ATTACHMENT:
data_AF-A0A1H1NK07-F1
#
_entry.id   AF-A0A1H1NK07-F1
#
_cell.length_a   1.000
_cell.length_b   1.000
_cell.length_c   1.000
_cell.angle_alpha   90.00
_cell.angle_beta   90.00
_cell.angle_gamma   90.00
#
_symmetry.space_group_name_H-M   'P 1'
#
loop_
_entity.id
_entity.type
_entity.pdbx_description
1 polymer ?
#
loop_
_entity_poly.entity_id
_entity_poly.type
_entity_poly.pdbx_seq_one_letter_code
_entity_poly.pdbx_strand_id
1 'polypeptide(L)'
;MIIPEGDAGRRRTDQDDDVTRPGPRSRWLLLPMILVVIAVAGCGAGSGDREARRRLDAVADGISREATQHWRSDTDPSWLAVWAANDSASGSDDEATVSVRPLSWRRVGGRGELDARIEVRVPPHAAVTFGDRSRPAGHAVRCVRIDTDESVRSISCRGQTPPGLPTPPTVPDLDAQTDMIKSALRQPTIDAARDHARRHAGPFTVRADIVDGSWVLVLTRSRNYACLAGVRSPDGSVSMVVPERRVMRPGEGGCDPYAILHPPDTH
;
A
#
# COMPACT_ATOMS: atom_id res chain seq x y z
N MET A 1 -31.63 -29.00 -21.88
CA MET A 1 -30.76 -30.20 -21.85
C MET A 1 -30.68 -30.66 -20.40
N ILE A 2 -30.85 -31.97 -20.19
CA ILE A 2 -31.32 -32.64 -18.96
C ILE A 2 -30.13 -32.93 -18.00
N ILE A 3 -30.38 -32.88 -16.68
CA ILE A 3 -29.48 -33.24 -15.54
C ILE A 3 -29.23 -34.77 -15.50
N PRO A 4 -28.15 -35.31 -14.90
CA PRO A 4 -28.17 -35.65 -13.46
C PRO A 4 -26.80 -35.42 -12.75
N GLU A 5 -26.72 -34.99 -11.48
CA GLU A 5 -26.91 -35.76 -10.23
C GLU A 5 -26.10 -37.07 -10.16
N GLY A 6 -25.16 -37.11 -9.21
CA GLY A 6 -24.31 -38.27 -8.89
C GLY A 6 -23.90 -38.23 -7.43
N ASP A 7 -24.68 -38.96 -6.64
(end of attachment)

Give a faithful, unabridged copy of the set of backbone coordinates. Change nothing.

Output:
data_AF-A0A1H1NK07-F1
#
_entry.id   AF-A0A1H1NK07-F1
#
_cell.length_a   1.000
_cell.length_b   1.000
_cell.length_c   1.000
_cell.angle_alpha   90.00
_cell.angle_beta   90.00
_cell.angle_gamma   90.00
#
_symmetry.space_group_name_H-M   'P 1'
#
loop_
_entity.id
_entity.type
_entity.pdbx_description
1 polymer ?
#
loop_
_entity_poly.entity_id
_entity_poly.type
_entity_poly.pdbx_seq_one_letter_code
_entity_poly.pdbx_strand_id
1 'polypeptide(L)'
;MIIPEGDAGRRRTDQDDDVTRPGPRSRWLLLPMILVVIAVAGCGAGSGDREARRRLDAVADGISREATQHWRSDTDPSWLAVWAANDSASGSDDEATVSVRPLSWRRVGGRGELDARIEVRVPPHAAVTFGDRSRPAGHAVRCVRIDTDESVRSISCRGQTPPGLPTPPTVPDLDAQTDMIKSALRQPTIDAARDHARRHAGPFTVRADIVDGSWVLVLTRSRNYACLAGVRSPDGSVSMVVPERRVMRPGEGGCDPYAILHPPDTH
;
A
#
# COMPACT_ATOMS: atom_id res chain seq x y z
N MET A 1 -31.63 -29.00 -21.88
CA MET A 1 -30.76 -30.20 -21.85
C MET A 1 -30.68 -30.66 -20.40
N ILE A 2 -30.85 -31.97 -20.19
CA ILE A 2 -31.32 -32.64 -18.96
C ILE A 2 -30.13 -32.93 -18.00
N ILE A 3 -30.38 -32.88 -16.68
CA ILE A 3 -29.48 -33.24 -15.54
C ILE A 3 -29.23 -34.77 -15.50
N PRO A 4 -28.15 -35.31 -14.90
CA PRO A 4 -28.17 -35.65 -13.46
C PRO A 4 -26.80 -35.42 -12.75
N GLU A 5 -26.72 -34.99 -11.48
CA GLU A 5 -26.91 -35.76 -10.23
C GLU A 5 -26.10 -37.07 -10.16
N GLY A 6 -25.16 -37.11 -9.21
CA GLY A 6 -24.31 -38.27 -8.89
C GLY A 6 -23.90 -38.23 -7.43
N ASP A 7 -24.68 -38.96 -6.64